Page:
“The behavior to which VW admitted represents a fundamental violation of public trust, and the reverberations of this violation can be seen across the United States and across the world as people grapple with the implications," Murphy said. "We need to develop a clear understanding of the facts and circumstances surrounding this case. This hearing was an important step toward that goal,” Murphy said.
To get around Environmental Protection Agency (EPA) emissions standards, the car manufacturer installed sophisticated software into its cars that lowered emissions data when it sensed that the vehicle was undergoing testing.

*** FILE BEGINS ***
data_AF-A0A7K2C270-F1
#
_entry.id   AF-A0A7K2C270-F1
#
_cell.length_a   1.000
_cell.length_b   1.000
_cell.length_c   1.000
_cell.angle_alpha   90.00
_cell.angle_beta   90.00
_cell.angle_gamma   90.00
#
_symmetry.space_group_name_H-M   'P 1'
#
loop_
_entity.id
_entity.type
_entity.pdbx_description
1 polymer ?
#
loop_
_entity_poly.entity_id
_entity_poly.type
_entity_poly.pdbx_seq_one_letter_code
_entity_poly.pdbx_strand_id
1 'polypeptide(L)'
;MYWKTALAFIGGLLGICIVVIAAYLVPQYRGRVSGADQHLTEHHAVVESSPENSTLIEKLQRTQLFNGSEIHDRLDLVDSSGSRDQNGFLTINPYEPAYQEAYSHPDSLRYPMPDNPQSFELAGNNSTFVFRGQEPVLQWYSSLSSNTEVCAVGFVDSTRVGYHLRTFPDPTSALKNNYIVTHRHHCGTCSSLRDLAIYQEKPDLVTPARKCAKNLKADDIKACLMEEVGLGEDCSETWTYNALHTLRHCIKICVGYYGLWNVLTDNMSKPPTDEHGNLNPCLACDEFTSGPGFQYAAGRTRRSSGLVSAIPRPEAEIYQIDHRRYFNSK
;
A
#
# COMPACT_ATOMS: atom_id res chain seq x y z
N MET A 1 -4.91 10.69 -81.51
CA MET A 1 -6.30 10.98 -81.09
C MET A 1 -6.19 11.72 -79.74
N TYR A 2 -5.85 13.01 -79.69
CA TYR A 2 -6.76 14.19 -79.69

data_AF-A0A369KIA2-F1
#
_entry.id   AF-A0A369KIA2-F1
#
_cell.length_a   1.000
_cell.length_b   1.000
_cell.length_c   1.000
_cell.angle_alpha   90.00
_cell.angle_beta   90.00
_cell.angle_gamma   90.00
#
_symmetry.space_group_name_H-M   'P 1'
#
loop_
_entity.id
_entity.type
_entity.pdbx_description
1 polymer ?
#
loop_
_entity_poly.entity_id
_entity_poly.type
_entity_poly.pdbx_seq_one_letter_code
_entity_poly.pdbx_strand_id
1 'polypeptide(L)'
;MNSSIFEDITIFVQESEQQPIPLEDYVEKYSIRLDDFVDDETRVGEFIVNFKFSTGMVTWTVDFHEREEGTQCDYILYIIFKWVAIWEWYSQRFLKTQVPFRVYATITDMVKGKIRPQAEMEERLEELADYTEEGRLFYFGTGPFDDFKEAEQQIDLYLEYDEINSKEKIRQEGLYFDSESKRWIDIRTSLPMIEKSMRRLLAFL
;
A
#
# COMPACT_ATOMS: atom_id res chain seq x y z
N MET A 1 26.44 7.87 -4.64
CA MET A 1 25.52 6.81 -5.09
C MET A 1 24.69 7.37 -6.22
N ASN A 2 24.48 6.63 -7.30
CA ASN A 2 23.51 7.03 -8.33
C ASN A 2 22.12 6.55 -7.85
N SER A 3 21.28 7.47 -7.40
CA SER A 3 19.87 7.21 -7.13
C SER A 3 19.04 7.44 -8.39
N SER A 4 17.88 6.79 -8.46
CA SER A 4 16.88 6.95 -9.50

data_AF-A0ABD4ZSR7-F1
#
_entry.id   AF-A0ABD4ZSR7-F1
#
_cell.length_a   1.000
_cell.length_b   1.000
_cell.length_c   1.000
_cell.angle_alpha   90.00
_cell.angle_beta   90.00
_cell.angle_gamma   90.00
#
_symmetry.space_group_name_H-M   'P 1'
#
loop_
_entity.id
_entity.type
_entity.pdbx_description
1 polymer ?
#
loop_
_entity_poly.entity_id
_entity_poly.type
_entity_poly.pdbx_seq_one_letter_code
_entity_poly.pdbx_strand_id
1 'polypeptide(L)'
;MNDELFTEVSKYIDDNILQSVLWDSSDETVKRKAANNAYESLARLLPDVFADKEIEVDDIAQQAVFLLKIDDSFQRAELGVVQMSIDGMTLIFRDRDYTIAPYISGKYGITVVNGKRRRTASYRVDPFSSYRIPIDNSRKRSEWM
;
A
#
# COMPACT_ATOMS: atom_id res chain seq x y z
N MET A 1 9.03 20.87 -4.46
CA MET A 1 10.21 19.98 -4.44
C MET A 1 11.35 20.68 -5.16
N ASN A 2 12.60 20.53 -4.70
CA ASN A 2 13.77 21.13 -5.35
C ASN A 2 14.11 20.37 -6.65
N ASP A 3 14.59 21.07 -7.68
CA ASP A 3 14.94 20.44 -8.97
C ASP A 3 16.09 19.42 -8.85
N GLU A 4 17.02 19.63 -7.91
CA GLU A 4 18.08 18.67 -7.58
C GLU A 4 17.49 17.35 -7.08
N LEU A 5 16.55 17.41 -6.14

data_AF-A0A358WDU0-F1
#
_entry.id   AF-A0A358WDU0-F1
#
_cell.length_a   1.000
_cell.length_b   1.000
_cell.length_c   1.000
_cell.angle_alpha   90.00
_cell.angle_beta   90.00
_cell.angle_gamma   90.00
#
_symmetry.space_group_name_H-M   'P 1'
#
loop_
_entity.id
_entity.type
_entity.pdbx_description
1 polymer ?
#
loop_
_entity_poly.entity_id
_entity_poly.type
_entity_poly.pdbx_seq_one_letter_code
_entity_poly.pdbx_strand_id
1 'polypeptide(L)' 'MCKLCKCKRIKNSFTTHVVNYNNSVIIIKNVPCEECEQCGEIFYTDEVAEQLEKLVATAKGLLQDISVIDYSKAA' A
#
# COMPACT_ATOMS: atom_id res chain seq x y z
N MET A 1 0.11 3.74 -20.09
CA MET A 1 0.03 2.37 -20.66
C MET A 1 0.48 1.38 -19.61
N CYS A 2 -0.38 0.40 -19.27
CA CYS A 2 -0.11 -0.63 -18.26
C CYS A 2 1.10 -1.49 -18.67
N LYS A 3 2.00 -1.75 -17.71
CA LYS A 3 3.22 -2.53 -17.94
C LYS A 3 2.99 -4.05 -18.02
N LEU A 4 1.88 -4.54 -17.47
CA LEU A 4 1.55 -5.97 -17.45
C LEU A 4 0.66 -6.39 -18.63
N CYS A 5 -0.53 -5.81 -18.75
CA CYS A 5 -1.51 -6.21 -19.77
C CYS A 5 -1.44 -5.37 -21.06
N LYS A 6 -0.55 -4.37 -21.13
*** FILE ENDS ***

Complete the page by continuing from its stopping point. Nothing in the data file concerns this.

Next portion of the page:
“There is a lot we still do not know about Volkswagen’s actions, or their motivations, in attempting to skirt emissions standards,” Energy and Commerce Committee Chairman Fred Upton (R-MI) said. “But regardless of intent, they have betrayed the trust of regulators, dealers and, most importantly, the driving public…All automakers must advance by imagination and innovation – not by gaming the system and breaking the law.”